Each day in sales and marketing news, it seems like there’s a new article on technology and disruption. It’s the claim of these articles that technological innovation has disrupted yet another entrenched, dominant corporation’s majority share of the marketplace. The most common technology disruptors included in the lists are Netflix, Uber, Amazon, and others like them.
But is technology really the cause of the downfall of major companies? We don’t think so.
While technology is certainly a huge component, the true disruption to businesses is not investing enough time or resources in improving the customer experience. Not being customer-centric is ultimately what leads to the demise of companies and the dwindling market share for major brands. Below, we detail exactly how four industries left room for disruption all on their own.
1. Video Rentals
Image Source: The New York Times
Netflix’s technology didn’t cause the death of Blockbuster, Family Video, or countless other movie stores. It was only an accessory. In fact, Blockbuster even had the chance to buy Netflix for $50 million, but they passed. Instead, Blockbuster continued along their path and tried to make their own DVD delivery and kiosk services way too late. Blockbuster cards used to be a fixture in everyone’s wallet, so how did they get to that point?
Blockbuster got too confident at the top, with millions of members and hundreds of locations across the country that they started to lose their sense of need. More interested in maintaining the status quo and less interested in helping customers, Blockbuster felt the hit when Netflix started mailing DVDs for a flat-rate subscription that resonated with consumers. And before you say that technology broke this camel’s back, remember that Netflix was simply a website that mailed DVDs in its original form — something Blockbuster could have easily done on its own. Instead, they continued with their inconvenient brick and mortar model until it was too late to recover.
2. Taxi Companies
Image Source: slideshare.net
From the time it takes to get a cab to the high fares, taking a taxi can be a poor experience. Besides getting from point A to point B, the taxi industry doesn’t focus much on passengers and their experience. And since the emergence of ride sharing apps in popular markets like Los Angeles, the number of taxi trips dropped 30% overall.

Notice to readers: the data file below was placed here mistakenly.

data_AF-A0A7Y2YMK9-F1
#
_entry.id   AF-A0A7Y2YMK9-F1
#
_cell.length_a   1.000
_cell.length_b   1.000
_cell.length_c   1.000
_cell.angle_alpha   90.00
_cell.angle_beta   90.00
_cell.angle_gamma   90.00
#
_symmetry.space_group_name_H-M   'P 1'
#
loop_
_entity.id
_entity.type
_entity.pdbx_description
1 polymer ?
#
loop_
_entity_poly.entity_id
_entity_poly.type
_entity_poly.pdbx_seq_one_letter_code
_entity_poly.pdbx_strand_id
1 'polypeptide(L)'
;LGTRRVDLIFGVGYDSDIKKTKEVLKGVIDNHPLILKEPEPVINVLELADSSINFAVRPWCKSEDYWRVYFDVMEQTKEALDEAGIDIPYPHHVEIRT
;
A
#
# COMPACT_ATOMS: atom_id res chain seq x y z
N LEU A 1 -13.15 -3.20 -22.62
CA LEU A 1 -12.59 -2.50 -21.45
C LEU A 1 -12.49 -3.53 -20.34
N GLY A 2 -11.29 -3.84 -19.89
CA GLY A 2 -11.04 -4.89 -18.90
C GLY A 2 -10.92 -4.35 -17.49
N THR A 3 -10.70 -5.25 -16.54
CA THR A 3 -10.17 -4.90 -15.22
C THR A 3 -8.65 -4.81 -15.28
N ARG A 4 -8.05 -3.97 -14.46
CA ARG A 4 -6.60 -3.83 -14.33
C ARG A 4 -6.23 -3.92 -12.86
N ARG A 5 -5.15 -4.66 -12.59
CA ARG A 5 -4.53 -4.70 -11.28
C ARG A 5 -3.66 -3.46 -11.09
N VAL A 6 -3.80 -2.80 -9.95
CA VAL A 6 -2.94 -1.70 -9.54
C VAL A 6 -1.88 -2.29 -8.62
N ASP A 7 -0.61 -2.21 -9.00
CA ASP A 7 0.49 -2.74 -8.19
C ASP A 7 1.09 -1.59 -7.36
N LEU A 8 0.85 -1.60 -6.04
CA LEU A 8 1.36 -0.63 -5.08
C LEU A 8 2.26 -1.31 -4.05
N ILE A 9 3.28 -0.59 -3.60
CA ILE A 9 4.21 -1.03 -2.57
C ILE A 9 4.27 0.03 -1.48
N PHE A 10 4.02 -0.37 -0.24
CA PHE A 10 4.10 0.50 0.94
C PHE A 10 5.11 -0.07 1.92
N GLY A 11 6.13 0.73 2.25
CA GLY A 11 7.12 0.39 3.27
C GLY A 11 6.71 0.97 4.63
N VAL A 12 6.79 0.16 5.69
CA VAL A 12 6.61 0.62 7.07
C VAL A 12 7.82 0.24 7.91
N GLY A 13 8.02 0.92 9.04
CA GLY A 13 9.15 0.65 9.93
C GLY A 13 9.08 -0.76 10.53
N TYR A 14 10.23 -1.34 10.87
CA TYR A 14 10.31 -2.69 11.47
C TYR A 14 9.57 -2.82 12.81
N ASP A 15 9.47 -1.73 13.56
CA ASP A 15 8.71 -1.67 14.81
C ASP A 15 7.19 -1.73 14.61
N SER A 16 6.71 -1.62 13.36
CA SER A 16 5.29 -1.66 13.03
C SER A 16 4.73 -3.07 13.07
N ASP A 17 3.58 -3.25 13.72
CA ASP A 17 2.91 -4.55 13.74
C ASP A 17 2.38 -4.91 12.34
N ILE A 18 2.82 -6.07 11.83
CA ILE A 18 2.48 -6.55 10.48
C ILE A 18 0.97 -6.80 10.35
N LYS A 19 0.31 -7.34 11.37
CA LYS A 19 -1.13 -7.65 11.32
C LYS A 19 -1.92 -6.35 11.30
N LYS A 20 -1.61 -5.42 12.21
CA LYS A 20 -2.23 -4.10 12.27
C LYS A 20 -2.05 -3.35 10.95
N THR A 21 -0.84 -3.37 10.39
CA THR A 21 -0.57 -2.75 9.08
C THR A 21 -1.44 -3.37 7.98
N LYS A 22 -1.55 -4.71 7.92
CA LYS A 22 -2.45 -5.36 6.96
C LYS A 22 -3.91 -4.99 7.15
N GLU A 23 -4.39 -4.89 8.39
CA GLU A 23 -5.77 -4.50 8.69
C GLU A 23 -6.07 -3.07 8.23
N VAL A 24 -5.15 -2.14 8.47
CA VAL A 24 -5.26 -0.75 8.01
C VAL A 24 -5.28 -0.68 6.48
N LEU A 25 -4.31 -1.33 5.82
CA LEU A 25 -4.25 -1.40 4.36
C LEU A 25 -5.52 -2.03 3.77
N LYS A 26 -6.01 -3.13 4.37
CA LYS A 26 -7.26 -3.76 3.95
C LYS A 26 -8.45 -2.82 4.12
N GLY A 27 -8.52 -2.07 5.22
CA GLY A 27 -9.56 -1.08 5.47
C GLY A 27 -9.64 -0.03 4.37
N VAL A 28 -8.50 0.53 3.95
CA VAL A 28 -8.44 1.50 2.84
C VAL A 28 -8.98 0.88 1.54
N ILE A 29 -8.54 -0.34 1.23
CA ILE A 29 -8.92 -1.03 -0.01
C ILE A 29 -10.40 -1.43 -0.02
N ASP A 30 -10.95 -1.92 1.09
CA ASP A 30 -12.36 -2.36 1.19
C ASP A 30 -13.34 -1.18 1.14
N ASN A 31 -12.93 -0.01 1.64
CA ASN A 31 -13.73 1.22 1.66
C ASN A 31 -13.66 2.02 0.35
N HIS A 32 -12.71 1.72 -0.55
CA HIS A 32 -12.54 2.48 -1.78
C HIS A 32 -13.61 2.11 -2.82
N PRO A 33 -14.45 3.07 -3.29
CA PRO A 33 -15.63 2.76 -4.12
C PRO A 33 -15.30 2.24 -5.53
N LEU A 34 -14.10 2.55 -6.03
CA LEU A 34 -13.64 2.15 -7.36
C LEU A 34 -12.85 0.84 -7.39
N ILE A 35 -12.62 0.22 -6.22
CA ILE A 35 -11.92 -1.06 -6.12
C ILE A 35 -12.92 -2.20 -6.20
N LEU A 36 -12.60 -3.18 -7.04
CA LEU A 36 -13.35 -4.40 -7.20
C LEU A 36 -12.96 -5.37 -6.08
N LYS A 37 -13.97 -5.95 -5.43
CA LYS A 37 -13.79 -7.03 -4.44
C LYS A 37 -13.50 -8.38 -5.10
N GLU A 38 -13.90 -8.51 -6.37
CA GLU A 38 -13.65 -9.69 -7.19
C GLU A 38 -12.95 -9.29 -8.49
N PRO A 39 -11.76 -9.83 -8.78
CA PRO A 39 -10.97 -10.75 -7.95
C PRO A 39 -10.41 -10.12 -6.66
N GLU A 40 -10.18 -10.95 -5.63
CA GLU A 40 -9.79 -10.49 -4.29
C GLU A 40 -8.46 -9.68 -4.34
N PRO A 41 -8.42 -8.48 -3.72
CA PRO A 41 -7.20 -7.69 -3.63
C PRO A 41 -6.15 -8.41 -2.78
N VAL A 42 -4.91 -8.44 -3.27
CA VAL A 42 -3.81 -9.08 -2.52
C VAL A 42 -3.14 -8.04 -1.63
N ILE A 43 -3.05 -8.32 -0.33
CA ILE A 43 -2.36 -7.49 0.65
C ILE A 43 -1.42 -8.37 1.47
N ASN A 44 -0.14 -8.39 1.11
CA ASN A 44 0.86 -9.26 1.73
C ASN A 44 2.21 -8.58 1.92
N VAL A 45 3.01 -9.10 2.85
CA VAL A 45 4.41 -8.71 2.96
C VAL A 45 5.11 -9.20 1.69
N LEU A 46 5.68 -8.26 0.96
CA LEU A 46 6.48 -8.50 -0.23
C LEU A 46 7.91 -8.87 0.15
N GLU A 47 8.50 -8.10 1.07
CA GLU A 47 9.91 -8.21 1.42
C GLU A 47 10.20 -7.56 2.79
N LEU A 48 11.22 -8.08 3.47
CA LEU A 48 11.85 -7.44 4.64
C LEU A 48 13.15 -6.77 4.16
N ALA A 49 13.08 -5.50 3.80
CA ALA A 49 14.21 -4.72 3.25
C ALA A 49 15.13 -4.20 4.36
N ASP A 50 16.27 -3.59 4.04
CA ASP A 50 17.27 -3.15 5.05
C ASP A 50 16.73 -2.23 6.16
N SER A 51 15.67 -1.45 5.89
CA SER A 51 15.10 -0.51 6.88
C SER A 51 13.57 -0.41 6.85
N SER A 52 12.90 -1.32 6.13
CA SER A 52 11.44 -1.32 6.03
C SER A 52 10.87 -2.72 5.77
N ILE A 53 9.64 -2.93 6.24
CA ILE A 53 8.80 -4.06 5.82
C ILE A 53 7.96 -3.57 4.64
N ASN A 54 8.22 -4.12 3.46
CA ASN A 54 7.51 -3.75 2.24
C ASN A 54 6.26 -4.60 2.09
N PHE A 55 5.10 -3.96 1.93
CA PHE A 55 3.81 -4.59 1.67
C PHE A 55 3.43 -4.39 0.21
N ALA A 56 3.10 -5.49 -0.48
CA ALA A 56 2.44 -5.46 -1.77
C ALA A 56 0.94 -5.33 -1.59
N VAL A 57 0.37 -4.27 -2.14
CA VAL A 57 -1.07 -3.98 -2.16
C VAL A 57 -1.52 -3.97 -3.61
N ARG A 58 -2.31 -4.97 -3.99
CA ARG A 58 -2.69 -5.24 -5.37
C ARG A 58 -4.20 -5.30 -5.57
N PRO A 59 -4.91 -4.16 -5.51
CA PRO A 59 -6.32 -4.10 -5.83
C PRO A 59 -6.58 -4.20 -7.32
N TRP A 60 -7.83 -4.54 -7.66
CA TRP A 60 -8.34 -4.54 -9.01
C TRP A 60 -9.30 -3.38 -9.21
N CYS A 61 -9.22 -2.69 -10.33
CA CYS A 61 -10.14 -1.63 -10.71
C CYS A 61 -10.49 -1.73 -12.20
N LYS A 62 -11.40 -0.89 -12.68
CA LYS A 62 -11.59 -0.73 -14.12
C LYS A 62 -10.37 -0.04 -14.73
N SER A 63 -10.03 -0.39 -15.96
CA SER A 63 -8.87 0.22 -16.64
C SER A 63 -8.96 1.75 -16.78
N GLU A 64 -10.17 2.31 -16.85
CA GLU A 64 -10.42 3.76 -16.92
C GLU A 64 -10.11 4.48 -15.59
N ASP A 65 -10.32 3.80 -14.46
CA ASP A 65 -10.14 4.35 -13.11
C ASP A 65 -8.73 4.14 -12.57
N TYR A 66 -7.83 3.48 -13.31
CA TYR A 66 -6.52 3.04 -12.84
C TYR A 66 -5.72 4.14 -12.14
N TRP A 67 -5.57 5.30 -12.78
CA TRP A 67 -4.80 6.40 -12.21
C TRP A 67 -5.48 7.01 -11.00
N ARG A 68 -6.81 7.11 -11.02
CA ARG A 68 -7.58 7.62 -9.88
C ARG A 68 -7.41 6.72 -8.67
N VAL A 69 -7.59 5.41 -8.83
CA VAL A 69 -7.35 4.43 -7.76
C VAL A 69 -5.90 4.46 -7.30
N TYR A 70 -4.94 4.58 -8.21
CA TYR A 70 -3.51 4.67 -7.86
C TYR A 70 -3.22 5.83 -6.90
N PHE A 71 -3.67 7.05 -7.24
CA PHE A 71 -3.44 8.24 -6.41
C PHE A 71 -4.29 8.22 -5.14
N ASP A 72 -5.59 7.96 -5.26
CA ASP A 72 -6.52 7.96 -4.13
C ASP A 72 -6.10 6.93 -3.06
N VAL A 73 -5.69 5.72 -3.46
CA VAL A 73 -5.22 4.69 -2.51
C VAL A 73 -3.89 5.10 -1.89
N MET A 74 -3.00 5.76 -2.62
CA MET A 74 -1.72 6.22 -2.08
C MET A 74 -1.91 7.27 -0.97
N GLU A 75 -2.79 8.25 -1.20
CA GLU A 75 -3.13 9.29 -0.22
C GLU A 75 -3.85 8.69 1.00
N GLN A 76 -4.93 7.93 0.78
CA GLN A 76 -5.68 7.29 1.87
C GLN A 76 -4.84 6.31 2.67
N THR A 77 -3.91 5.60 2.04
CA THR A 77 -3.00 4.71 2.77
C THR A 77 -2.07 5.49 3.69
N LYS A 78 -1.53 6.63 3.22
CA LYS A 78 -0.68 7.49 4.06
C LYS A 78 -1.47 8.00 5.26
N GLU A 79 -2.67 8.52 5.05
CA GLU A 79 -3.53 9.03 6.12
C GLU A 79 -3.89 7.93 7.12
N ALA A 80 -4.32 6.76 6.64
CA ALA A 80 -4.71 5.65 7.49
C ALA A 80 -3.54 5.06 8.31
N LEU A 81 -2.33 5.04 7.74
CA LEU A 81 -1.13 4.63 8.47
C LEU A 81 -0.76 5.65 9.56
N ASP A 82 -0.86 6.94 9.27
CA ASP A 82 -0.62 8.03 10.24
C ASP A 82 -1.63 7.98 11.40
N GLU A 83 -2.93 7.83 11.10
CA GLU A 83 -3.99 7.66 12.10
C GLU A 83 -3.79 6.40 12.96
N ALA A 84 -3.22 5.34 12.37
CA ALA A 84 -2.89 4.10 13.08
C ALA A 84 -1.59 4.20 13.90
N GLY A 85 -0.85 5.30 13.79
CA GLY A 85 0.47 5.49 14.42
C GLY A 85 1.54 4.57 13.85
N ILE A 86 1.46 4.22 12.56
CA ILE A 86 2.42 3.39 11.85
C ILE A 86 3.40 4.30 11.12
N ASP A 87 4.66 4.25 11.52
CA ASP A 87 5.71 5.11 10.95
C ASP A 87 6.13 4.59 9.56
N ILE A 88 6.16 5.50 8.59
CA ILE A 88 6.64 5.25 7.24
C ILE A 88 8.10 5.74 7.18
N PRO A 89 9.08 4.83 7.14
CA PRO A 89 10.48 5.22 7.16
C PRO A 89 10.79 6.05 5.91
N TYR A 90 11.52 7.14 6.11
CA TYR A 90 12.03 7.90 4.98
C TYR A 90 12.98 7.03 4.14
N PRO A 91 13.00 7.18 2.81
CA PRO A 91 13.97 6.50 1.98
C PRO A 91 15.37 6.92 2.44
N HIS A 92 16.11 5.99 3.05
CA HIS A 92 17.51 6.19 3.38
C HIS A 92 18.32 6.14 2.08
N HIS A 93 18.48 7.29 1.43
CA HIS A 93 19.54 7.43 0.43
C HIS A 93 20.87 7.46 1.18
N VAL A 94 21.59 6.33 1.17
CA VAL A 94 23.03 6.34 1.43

Ride sharing apps like Uber made hailing a cab an easy experience, one where you can quickly see your car, your fare, and your driver’s rating level. Instead of catering to drivers, Uber catered their business model to the riders. Today, taxi companies have come out with their own cab-hailing applications, but it still doesn’t solve several customer pain points like high fares and exorbitant routes. Uber’s technology certainly enabled them to gain ground faster than any other business before them, but their focus on improving the rider experience is what caused them to win out against the traditional taxi industry.
Image source: Skift
Hotels typically have great customer service. But, in general, hotels have been slow to adapt to today’s new consumer — the Millennial. Over 80% of Millennials prefer experiencing travel destinations like a local, not a tourist. This spells bad news for hotels: Properties that house and cater to tourists. A fact that isn’t going unnoticed by Millennials and Boomers. Hotel rates themselves have also steadily risen year over year, according to Statista, causing travelers to look into more alternative options.
Airbnb saw this gap as an opportunity to create a more authentic vacation experience for travelers, but also allow hosts to make a little extra money for their mortgage or rent payment. Inspired by the experiences of staying with friends and family, Airbnb created a business model that greatly benefitted both travelers and hosts at great prices. Airbnb continues to grow today at a phenomenal rate, expecting to gross $3.5 billion annually by 2020, which is a 3,400% increase from their profits in 2016.
Image source: visualcapitalist.com
Walmart, Target, and other big-box retailers have been struggling for the past few years. The way we shop as consumers has changed dramatically and our favorite stores have been slow to evolve. In the world of instant gratification, retailers haven’t adopted convenient shipping or ordering experiences, causing customers to turn to other options like Amazon, Overstock, and more.
Starting as a hub for digital books, Amazon has certainly evolved to meet consumer needs. Now an e-commerce platform where you can buy almost anything under the sun, and have it shipped to your door that same day, Amazon is the king of convenience. But they got to that point, Jeff Bezos created a culture obsessed with the customer. In fact, Jeff famously brought empty chairs into company meetings to represent the customer – “the most important person in the room.” Yes, Amazon is an innovative solution, but it was their focus on helping customers that made them into the giant they are today. CEO Jeff Bezos put it best himself, “We don’t make money when we sell things. We make money when we help customers make purchase decisions.”
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